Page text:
The BMW Performance Center in Thermal, California (Palm Springs) is one of my favorite places to visit. It's an interesting experience that sits in a great middle ground between a "racing school" and an "exotic driving experience". While those two ends of the spectrum tend to dominate this space, on both of my visits to the Performance Center I've found that their staff and facilities scales well to what the client wants and needs to learn. What I like about this approach is that your takeaways will be far more valuable than simply a a big smile on your face. These are skills that will ultimately make you a better driver and a better man.
Don't worry though, you will learn important skills that translate directly to shaving seconds off your track time. You will also, most certainly have a great time. The instructors here are incredibly knowledgeable and comfortable with working with all sorts of skill levels. In fact, last year when they first invited me to visit it was my first time at a driving school. This year I feel like I'm somewhat of a veteran having had the chance to do a couple different training experiences in the past year. While the excitement of some experiences begins to fade when compared to their peers - the BMW Performance Center only got better.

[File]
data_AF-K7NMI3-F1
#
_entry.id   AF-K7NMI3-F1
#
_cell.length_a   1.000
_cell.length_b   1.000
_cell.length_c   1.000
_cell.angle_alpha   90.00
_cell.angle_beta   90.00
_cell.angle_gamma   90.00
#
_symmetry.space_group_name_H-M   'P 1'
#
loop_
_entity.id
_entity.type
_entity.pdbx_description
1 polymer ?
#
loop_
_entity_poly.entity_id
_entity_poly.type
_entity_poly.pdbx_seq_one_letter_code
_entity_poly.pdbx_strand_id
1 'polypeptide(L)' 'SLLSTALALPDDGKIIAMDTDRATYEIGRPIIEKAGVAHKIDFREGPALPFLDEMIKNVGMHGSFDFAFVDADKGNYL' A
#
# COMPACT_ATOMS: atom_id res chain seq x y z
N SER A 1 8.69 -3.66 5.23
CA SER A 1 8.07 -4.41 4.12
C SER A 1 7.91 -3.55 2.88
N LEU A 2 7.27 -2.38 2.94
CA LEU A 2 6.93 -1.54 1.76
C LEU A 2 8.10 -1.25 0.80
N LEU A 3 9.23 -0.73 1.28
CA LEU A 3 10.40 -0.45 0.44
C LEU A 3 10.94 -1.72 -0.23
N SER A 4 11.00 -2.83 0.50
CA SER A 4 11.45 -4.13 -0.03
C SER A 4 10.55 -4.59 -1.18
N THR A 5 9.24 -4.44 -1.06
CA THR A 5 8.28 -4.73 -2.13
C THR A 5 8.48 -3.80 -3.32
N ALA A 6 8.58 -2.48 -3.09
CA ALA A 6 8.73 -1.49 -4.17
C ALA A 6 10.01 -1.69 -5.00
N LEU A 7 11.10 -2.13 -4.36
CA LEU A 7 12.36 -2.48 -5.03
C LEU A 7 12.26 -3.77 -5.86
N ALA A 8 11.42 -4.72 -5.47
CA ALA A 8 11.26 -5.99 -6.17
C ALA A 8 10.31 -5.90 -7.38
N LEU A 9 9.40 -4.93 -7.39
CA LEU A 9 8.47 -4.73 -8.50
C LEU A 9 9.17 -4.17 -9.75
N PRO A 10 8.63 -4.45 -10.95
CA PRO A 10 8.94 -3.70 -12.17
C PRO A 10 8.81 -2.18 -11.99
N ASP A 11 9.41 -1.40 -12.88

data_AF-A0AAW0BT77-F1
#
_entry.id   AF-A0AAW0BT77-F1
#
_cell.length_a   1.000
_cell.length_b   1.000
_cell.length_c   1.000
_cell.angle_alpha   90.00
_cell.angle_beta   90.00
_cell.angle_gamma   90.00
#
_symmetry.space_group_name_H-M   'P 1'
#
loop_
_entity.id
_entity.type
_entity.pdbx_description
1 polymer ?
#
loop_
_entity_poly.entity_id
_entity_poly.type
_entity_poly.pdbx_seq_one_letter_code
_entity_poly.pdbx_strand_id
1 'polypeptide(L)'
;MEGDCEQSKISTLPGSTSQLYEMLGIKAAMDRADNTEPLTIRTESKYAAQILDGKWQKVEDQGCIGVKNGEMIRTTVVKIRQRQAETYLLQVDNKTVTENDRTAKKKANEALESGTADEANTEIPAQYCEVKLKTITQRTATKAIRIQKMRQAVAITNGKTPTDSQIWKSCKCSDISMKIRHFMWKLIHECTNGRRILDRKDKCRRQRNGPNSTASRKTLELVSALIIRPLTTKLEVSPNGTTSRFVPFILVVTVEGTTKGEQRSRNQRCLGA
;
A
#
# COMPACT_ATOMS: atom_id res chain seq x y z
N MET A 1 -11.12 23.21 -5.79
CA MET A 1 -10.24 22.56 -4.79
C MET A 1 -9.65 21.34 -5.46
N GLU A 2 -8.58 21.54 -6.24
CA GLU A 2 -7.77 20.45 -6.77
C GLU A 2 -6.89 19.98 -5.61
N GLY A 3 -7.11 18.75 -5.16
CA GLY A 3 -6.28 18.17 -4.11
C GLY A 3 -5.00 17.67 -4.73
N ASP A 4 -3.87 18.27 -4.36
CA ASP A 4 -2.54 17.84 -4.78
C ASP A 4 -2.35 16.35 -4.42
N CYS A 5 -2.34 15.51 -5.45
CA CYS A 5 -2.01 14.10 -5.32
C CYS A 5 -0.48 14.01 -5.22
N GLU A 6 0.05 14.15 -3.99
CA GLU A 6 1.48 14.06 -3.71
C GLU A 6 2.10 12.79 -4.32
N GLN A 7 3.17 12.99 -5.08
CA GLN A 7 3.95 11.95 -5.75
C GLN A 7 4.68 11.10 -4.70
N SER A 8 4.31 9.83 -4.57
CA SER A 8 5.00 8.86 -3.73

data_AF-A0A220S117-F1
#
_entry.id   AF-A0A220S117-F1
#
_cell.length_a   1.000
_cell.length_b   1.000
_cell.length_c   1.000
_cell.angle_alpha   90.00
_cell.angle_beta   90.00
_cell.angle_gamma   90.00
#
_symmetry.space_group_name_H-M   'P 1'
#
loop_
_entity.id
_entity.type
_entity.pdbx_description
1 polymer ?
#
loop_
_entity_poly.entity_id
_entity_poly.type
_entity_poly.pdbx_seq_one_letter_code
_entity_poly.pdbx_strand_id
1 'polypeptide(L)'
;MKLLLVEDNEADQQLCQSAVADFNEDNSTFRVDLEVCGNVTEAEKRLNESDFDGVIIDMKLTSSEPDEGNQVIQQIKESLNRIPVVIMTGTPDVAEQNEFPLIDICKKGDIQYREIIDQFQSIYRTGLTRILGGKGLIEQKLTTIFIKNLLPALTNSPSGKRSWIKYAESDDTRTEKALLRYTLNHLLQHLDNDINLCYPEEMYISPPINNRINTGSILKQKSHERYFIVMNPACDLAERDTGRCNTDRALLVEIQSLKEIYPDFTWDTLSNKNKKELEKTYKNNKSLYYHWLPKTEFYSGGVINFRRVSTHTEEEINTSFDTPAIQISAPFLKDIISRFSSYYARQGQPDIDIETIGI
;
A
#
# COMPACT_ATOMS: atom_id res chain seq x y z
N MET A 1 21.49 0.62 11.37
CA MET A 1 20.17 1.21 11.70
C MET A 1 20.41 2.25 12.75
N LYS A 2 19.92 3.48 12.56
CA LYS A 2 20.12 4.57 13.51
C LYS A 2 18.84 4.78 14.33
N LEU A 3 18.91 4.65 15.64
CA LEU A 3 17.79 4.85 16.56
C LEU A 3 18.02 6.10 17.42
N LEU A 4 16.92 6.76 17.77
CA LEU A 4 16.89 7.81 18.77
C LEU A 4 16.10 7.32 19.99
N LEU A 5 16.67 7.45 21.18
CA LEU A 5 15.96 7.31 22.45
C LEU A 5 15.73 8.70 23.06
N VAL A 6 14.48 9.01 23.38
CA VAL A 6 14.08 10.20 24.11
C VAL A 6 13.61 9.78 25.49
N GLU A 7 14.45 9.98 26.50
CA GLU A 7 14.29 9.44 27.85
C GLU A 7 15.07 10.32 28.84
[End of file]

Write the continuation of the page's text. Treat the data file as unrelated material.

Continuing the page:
The BMW Performance Center offers a variety of different programs ranging from a Car Control School to help drivers better anticipate and recover from dangerous situations on the road, the Teen School designed to help teen drivers with control, and multiple levels of the M School which is what we enjoyed a modified version of. They also offer a MINI Motoring School and the MINI Tricks and Stunts School where you start with handling and capabilities and then progress to reverse donuts, j-turns, and reverse turns like you see stunt drivers do.
While most people look at this as a solo activity, the folks at the BMW Performance School can also offer custom group events including a bachelor party where you can drive and then have a catered German lunch or dinner complete with sausages and beer.